When describing the history, power and potential of both the internet and the world wide web, Google’s web book primarily focuses on the strength of the internet to connect computers and the ability of modern browsers to display media rich web pages. Naturally the Google book starts by highlighting the ability of your computer to access a multitude of computers and servers via the internet, effectively drawing upon their resources to create a cloud based super computer, in order to produce better search results; however, this cloud super computer has also been used to search for alien life and for a raft of other less seemly purposes.
The Google book also highlights the ability of modern browsers and coding languages to enable the world wide web to display rich media pages that present a greater range of information be it text, pictures, audio or video. Of course the real power of the internet, particularly as it applies to global change stems from its ability to link individuals. As Margaret Mead may or may not have said,
“Never doubt that a small group of committed people can change the world. Indeed, it is the only thing that ever has.”
With the advent of the internet groups no longer need to be small in order to stay connected and cohesive, nor do they need to be localised or even of the same nationality, culture or religion in order to remain unified towards a common goal. Indeed the world wide web has been used to link a large groups of people together to form a super human brain in order to,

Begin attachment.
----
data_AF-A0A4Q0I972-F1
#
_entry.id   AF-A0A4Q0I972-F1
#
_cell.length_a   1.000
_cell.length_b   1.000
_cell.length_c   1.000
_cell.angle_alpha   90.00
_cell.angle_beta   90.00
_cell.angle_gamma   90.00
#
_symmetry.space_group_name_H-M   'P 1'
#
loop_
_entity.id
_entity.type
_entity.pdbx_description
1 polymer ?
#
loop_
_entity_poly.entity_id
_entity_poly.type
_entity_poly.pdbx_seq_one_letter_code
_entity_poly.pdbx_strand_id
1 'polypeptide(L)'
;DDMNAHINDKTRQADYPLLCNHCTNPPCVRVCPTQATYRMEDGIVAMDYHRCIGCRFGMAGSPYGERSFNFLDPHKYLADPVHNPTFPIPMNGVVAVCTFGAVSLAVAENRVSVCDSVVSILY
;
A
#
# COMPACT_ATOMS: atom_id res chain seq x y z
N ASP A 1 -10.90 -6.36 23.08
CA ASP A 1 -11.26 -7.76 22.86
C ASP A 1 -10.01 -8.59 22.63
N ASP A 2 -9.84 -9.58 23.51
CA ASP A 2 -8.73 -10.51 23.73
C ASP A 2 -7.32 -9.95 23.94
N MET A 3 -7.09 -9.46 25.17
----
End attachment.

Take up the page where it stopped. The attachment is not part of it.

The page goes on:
- solve the tenacious scientific problem of folding proteins
- sort and categorise the world’s knowledge on Wikipedia
- to link museum photographic collections with their present day locations
- to bring creative projects to life
Combining the interconnectivity of the web with modern browsers that are imbued with rich media capabilities has also changed the world by democratizing culture. Previously culture had to pass through cultural authorities such as museums, radio stations and TV networks which effectively acted as checkpoints, filtering and mandating the cultural spectrum within their geographical constraints. Now any multitude of cultures can be accessed by all connected individuals regardless of their location or the dominant media and culture purveyors that dominant their area.
Finally and most importantly the world web continues to democratise news. From the way it is produced to providing us the choice of what to consume and engage in. We are now able to shares stories and viewpoints that would otherwise have been ignored or actively suppressed in the mainstream media. And most importantly individuals have the ability to counter and subvert the hegemonic viewpoints produced by corporations, media outlets and political propaganda mechanisms like the newly created super pacs.
This is the most powerful and important potential of the internet and world wide web because it seems that for the last thirty years democracy has been dying in the western world. In the world’s established democracies voter turnout is down. Governments continue to ignore public opinion and it seems that corporations have greater ability to control legislation than voters. As Mahatmi Ghandi may have said,
“A small body of determined spirits fired by an unquenchable faith in their mission can alter the course of history.”
It seems that for the last thirty years this small group of determined people that have been changing the world are industry lobbyists, self interested politicians and corporations. The gains made by environmentalists, labour unions and human rights activists seem to be receding and this is the elephant in the room for all those who tout the internet as the means of social and global change, for it seems that despite the online fervour and energy, transforming internet activitism into real world change will take more than hype.
Perhaps we need to ask what civil disobedience should look like on the world wide web?